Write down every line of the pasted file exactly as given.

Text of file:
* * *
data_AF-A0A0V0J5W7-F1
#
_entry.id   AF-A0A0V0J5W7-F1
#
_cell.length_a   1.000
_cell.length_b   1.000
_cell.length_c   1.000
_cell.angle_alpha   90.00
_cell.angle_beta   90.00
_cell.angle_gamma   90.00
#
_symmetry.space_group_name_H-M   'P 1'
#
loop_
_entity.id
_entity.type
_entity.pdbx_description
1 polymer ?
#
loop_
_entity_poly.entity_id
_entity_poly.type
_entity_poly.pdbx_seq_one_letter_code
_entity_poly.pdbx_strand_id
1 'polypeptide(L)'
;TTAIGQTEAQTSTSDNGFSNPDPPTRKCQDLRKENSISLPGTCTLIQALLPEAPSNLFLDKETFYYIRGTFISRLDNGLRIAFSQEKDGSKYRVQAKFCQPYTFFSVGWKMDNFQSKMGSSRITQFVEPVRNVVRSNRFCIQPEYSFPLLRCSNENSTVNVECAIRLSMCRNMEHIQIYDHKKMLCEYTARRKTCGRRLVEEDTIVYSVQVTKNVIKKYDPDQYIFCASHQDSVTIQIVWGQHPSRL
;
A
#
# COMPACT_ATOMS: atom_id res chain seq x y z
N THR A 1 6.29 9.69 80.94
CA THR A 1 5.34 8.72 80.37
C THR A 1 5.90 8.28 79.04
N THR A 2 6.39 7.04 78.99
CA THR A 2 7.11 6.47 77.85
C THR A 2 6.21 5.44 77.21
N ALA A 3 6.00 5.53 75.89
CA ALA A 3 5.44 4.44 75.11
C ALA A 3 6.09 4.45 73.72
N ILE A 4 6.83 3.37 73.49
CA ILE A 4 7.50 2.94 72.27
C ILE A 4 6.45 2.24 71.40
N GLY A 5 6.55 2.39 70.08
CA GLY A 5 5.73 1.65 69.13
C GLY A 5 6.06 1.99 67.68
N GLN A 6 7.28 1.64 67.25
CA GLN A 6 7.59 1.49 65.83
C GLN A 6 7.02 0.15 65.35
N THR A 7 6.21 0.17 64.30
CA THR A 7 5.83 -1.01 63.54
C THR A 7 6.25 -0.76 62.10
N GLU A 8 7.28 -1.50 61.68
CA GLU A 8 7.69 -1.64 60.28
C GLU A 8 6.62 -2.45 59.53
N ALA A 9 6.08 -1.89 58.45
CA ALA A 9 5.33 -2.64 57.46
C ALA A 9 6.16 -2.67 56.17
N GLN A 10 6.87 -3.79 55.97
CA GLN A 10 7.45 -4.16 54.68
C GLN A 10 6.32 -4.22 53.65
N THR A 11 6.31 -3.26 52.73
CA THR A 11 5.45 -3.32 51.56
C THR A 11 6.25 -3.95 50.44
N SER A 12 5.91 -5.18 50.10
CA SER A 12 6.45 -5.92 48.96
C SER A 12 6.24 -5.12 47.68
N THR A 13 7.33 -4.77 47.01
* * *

data_AF-A0A0V0J5W7-F1
#
_entry.id   AF-A0A0V0J5W7-F1
#
_cell.length_a   1.000
_cell.length_b   1.000
_cell.length_c   1.000
_cell.angle_alpha   90.00
_cell.angle_beta   90.00
_cell.angle_gamma   90.00
#
_symmetry.space_group_name_H-M   'P 1'
#
loop_
_entity.id
_entity.type
_entity.pdbx_description
1 polymer ?
#
loop_
_entity_poly.entity_id
_entity_poly.type
_entity_poly.pdbx_seq_one_letter_code
_entity_poly.pdbx_strand_id
1 'polypeptide(L)'
;TTAIGQTEAQTSTSDNGFSNPDPPTRKCQDLRKENSISLPGTCTLIQALLPEAPSNLFLDKETFYYIRGTFISRLDNGLRIAFSQEKDGSKYRVQAKFCQPYTFFSVGWKMDNFQSKMGSSRITQFVEPVRNVVRSNRFCIQPEYSFPLLRCSNENSTVNVECAIRLSMCRNMEHIQIYDHKKMLCEYTARRKTCGRRLVEEDTIVYSVQVTKNVIKKYDPDQYIFCASHQDSVTIQIVWGQHPSRL
;
A
#
# COMPACT_ATOMS: atom_id res chain seq x y z
N THR A 1 6.29 9.69 80.94
CA THR A 1 5.34 8.72 80.37
C THR A 1 5.90 8.28 79.04
N THR A 2 6.39 7.04 78.99
CA THR A 2 7.11 6.47 77.85
C THR A 2 6.21 5.44 77.21
N ALA A 3 6.00 5.53 75.89
CA ALA A 3 5.44 4.44 75.11
C ALA A 3 6.09 4.45 73.72
N ILE A 4 6.83 3.37 73.49
CA ILE A 4 7.50 2.94 72.27
C ILE A 4 6.45 2.24 71.40
N GLY A 5 6.55 2.39 70.08
CA GLY A 5 5.73 1.65 69.13
C GLY A 5 6.06 1.99 67.68
N GLN A 6 7.28 1.64 67.25
CA GLN A 6 7.59 1.49 65.83
C GLN A 6 7.02 0.15 65.35
N THR A 7 6.21 0.17 64.30
CA THR A 7 5.83 -1.01 63.54
C THR A 7 6.25 -0.76 62.10
N GLU A 8 7.28 -1.50 61.68
CA GLU A 8 7.69 -1.64 60.28
C GLU A 8 6.62 -2.45 59.53
N ALA A 9 6.08 -1.89 58.45
CA ALA A 9 5.33 -2.64 57.46
C ALA A 9 6.16 -2.67 56.17
N GLN A 10 6.87 -3.79 55.97
CA GLN A 10 7.45 -4.16 54.68
C GLN A 10 6.32 -4.22 53.65
N THR A 11 6.31 -3.26 52.73
CA THR A 11 5.45 -3.32 51.56
C THR A 11 6.25 -3.95 50.44
N SER A 12 5.91 -5.18 50.10
CA SER A 12 6.45 -5.92 48.96
C SER A 12 6.24 -5.12 47.68
N THR A 13 7.33 -4.77 47.01